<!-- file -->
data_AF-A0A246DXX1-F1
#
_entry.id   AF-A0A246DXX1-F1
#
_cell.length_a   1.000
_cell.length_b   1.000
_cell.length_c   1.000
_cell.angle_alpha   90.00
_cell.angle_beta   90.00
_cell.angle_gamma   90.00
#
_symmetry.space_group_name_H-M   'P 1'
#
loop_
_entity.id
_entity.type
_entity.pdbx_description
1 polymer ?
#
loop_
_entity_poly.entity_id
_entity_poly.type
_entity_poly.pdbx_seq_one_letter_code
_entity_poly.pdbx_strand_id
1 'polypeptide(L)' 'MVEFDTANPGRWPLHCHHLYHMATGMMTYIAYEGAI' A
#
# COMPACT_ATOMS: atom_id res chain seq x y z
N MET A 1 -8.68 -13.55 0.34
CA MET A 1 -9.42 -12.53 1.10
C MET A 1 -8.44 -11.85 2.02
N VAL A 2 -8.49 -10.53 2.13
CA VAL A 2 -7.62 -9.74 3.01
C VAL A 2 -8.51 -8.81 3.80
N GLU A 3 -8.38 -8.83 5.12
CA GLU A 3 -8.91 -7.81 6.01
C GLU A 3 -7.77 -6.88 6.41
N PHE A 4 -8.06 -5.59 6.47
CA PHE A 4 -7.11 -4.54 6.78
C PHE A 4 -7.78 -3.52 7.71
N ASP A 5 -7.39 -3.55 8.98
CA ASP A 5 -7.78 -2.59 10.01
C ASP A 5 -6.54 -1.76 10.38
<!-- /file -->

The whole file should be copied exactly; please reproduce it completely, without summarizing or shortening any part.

data_AF-A0A246DXX1-F1
#
_entry.id   AF-A0A246DXX1-F1
#
_cell.length_a   1.000
_cell.length_b   1.000
_cell.length_c   1.000
_cell.angle_alpha   90.00
_cell.angle_beta   90.00
_cell.angle_gamma   90.00
#
_symmetry.space_group_name_H-M   'P 1'
#
loop_
_entity.id
_entity.type
_entity.pdbx_description
1 polymer ?
#
loop_
_entity_poly.entity_id
_entity_poly.type
_entity_poly.pdbx_seq_one_letter_code
_entity_poly.pdbx_strand_id
1 'polypeptide(L)' 'MVEFDTANPGRWPLHCHHLYHMATGMMTYIAYEGAI' A
#
# COMPACT_ATOMS: atom_id res chain seq x y z
N MET A 1 -8.68 -13.55 0.34
CA MET A 1 -9.42 -12.53 1.10
C MET A 1 -8.44 -11.85 2.02
N VAL A 2 -8.49 -10.53 2.13
CA VAL A 2 -7.62 -9.74 3.01
C VAL A 2 -8.51 -8.81 3.80
N GLU A 3 -8.38 -8.83 5.12
CA GLU A 3 -8.91 -7.81 6.01
C GLU A 3 -7.77 -6.88 6.41
N PHE A 4 -8.06 -5.59 6.47
CA PHE A 4 -7.11 -4.54 6.78
C PHE A 4 -7.78 -3.52 7.71
N ASP A 5 -7.39 -3.55 8.98
CA ASP A 5 -7.78 -2.59 10.01
C ASP A 5 -6.54 -1.76 10.38